Where Purpose Hides

Tucked away in the shadowy corners of the world that make us stressed out, frightened, or feel wronged, is a golden nugget of Truth, just waiting for us to polish it off so that its glow can guide all of us to a brighter way of being, and a kinder world. I  want to talk a little bit about purpose, and the unexpexcted places you can find it, or refine it once it’s found.  I’ll start with a current example, the one which inspired this post.

This weekend was a rough one, friends.  The main thing that had triggered my year of deep depression and paralyzing anxiety popped up in a new form to show me where I stood.  Or, rather, where I hid under my blanket in a flurry of panic and shame.
My rent was two days later than normal, because I had a hard time getting my new debit card activated, and with my work schedule, couldn’t get to the bank.  I got a very cold overreacting text from the person I rent from, who treats the house like an apartment building she owns (because her name is on the lease and she can add and subtract people at will), and has no consideration for how the others in the home feel about any decisions made, including whatever random guys off Craigslist she moves in under this common roof without our consent.  I was already nervous because she never responded to my text confronting that issue, and then once I felt like I wasn’t doing my part, I lost it.

All of Saturday, I hid in my room.  I couldn’t face her.  I didn’t feel welcome, and I was afraid I’d lose my home, petrified to the point of not being able to leave my room to eat or go to the bathroom, or make any sound that would make it obvious that I was in the house, until six hours later when I was sure she’d left the house.  I tried to sleep to escape the feeling and make the weekend disappear until I could go to work on Monday.  It was irrational, damaging behavior, and I was so angry that it was beyond my control.  But I’d dealt a year with it before, and I knew I just had to wait it out, and distract myself until I was stable enough to face it.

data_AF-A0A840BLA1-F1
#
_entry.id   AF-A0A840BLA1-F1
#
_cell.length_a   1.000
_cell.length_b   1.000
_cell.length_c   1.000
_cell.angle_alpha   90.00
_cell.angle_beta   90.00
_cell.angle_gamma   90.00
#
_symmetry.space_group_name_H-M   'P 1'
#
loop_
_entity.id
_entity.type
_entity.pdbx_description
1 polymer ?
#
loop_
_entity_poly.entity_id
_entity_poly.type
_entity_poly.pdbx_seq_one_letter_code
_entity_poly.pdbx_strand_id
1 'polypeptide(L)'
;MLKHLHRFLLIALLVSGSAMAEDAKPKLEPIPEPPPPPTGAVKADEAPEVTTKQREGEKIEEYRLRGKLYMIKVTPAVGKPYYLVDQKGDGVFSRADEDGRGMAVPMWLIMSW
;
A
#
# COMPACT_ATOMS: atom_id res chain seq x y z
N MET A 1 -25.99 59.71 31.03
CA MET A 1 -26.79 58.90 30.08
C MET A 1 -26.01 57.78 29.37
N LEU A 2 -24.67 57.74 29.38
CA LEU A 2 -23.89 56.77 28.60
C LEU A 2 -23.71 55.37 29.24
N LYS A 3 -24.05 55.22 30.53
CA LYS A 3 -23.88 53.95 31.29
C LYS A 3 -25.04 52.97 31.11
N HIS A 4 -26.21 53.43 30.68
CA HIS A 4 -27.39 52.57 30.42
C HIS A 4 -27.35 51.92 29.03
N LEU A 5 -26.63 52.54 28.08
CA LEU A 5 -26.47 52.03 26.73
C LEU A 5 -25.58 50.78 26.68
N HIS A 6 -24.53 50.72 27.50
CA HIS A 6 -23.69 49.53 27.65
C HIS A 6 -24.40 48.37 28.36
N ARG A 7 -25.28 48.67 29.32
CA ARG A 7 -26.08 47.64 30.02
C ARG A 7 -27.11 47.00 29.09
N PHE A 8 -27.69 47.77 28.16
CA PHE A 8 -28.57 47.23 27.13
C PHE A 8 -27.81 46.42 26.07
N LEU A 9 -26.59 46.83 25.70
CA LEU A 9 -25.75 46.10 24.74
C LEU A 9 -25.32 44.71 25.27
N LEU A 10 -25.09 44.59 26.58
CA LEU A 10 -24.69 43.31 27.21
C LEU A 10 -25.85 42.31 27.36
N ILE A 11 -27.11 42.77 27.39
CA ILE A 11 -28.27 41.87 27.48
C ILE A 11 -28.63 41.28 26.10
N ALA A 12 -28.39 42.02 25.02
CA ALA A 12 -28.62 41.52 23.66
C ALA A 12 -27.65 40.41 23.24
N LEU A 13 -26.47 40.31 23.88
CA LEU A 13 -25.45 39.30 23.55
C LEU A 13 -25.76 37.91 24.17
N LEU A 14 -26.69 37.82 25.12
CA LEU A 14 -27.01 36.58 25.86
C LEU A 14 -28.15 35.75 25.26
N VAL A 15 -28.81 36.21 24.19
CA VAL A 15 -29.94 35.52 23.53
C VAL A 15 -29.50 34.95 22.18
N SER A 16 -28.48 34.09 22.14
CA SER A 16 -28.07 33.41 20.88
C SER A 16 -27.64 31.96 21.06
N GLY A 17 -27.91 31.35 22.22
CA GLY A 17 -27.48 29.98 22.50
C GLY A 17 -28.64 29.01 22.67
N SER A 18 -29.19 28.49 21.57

I was too far gone, though.  I was a crying hopeless mess, who couldn’t see beyond the feeling, or get up from under its weight.  I was embarrassed and ashamed for having just posted about how well I was doing, only to have a full day of full-blown depression for the first time in months, due to one small threat to my stability.  I was afraid again that I’d never get better because when you don’t do everything perfectly in this society, you often get the boot, and falling apart is simply not an option.  Unless someone has your back. Luckily someone had mine, and I cried a bunch, and he sent her a message for me, and gave me a hug.

That experience gave me a whole lot of perspective.  I realized that I definitely can’t handle living with a landlord who is not sensitive friend, even though I thought I’d be able to tough it.  And that’s okay.  We’re all delicate in our own ways, and have certain things that may trigger old trauma as if it’s brand new, and it doesn’t mean we’re weak or damaged or dysfunctional if we need to rearrange our lives in a way that minimizes those triggers.  It’s a sign of strength to be brave enough to live in an unconventional way for the sake of self-care and balance.

I slept a whole bunch, cried, and eventually vented angrily.  This human embodied the main wrong in our society that fires me up like no other, the cold, heartless way that humans are kept from having a true sense of home, a place no one can touch or take, a place that isn’t owned, but is respected and cared for by its inhabitants.  The thing I want more than anything, for myself, and for every living soul on this earth.